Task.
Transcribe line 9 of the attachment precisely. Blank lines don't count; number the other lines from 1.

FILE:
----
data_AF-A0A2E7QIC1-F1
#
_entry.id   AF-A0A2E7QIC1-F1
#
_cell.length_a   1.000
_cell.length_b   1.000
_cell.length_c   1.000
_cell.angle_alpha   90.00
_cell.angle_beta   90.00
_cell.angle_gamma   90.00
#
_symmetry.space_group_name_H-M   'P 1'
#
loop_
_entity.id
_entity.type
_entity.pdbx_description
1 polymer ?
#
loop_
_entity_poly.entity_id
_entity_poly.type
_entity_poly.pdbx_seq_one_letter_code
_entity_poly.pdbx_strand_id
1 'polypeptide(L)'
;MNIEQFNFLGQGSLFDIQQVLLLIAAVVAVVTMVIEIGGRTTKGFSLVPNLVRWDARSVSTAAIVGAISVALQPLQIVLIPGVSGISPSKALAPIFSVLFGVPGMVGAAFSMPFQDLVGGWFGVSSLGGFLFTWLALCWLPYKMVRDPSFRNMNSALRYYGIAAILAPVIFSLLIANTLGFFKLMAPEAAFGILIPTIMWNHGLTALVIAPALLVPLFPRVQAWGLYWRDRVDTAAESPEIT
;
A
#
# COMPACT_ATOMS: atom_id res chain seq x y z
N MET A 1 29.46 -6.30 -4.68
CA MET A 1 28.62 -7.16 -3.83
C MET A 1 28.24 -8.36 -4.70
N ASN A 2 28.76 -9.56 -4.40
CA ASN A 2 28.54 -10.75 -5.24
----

_cell.angle_beta   90.00